Moonstruck
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Moonstruck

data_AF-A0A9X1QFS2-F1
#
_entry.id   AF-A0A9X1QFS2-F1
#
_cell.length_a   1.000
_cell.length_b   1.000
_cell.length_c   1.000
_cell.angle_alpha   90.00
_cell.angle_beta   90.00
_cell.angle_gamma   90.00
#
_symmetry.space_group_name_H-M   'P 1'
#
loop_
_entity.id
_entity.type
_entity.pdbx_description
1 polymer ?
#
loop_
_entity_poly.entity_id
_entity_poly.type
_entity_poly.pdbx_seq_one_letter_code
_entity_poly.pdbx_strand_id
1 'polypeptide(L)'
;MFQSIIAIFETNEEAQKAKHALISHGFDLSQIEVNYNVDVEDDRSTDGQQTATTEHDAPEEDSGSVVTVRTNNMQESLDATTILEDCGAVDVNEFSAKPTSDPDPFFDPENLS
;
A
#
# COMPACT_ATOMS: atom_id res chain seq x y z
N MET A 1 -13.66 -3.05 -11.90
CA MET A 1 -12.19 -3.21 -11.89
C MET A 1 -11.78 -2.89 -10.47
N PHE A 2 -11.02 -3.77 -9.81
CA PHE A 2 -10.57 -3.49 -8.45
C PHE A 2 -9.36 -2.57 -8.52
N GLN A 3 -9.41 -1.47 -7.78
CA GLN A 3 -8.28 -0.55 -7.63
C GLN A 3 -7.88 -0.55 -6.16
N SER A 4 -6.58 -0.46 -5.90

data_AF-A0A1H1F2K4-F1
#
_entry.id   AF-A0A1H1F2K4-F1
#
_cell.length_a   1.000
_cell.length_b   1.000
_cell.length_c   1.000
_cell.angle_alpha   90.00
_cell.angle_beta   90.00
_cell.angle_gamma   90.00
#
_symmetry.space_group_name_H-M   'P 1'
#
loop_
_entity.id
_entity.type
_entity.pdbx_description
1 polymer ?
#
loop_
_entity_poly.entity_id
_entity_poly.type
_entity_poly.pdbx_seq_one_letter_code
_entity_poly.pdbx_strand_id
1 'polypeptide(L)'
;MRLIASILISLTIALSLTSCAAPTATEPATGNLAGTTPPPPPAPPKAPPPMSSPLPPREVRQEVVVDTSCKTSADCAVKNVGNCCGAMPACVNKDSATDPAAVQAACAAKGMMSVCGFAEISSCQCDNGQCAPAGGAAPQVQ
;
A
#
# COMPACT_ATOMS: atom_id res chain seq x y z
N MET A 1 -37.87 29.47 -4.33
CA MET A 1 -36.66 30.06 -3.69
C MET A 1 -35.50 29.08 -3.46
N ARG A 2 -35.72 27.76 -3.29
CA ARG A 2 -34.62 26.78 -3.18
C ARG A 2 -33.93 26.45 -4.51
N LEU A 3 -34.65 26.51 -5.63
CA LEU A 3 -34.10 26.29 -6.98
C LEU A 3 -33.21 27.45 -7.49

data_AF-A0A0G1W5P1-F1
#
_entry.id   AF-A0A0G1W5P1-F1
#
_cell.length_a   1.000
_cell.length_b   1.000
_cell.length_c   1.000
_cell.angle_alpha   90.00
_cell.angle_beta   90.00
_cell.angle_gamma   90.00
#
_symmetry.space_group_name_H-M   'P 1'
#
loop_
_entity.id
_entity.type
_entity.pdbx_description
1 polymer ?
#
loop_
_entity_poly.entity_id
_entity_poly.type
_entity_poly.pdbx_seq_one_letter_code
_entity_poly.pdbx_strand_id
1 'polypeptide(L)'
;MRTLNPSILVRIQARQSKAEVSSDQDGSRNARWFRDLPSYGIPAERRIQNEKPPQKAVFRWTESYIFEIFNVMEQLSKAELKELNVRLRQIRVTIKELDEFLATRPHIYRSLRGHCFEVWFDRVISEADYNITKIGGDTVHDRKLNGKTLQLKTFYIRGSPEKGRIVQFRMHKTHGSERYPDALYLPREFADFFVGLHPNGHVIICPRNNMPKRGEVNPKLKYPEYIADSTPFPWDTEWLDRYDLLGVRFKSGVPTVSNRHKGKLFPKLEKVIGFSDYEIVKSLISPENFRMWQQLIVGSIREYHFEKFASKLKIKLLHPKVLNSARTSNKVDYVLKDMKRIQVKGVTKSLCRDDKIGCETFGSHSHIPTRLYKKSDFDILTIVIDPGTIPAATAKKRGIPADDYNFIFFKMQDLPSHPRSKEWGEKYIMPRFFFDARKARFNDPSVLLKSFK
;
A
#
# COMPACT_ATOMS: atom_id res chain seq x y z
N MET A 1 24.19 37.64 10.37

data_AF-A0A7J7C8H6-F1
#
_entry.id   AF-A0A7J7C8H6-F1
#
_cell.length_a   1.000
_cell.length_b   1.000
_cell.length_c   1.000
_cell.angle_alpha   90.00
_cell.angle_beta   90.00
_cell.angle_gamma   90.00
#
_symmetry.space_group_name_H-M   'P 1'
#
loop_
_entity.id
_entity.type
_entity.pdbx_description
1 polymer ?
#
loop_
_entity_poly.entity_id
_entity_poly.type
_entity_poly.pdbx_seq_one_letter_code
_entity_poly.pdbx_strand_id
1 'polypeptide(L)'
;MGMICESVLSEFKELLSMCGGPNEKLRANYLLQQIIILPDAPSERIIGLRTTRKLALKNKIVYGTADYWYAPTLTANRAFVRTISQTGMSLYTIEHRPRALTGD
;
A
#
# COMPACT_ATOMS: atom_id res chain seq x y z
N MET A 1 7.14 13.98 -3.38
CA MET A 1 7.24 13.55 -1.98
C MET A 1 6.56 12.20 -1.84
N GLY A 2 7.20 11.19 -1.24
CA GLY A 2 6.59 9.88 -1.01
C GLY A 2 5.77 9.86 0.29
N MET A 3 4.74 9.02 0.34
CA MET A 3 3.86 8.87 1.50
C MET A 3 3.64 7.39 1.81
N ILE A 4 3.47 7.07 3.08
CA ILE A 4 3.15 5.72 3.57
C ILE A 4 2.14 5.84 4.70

I admit that I have been known to enjoy a well constructed romantic comedy. As a film genre it is typically the cotton candy of cinema; light, fluffy and unencumbered by substance. That is the usual way that these flicks tend to pan out, but it is far from the entirety of the genre; some examples are notable by the strong story they have to tell. One movie that readily fits into this category is ‘Moonstruck,' arguably one of the best Rom-Coms in existence. This genre is known for being better received by the public than critics and award shows. It is exceedingly rare to hear the title of this kind of film read the phrase, ’ and the winner is…’ this film is the proverbial exception that proves the rule. "Moonstruck’ is not only one of the better instances of this kind of movie but it holds up as a movie by any standards quickly earning the critical acclaim it garnered. This resulted in making this movie just a little more special on an increased level of relatability, the setting gets some bonus points. The film is not only set in my home town of New York City but in particular Brooklyn Heights, a neighbor I have often frequented. That vantage point of personal familiarity transforms the streets and denizens of the area as pivotal characters in the story. It isn’t necessary to understand the particular ethnic group depicted here, but it helps. The Brooklyn Italian family is more than tightly knit they form a social dynamic that needs to be witnessed first-hand to glean the slightest inclination of what makes it work in such a unique fashion. I know the characters here have gone to school with them and sharing many meals with them. That is after all around a table full of food that the Brooklyn Italian family comes to life. This carries the movie far above other romantic comedies making it a sweet, sensitive film that packs an emotional impact even the guys watching will readily appreciate.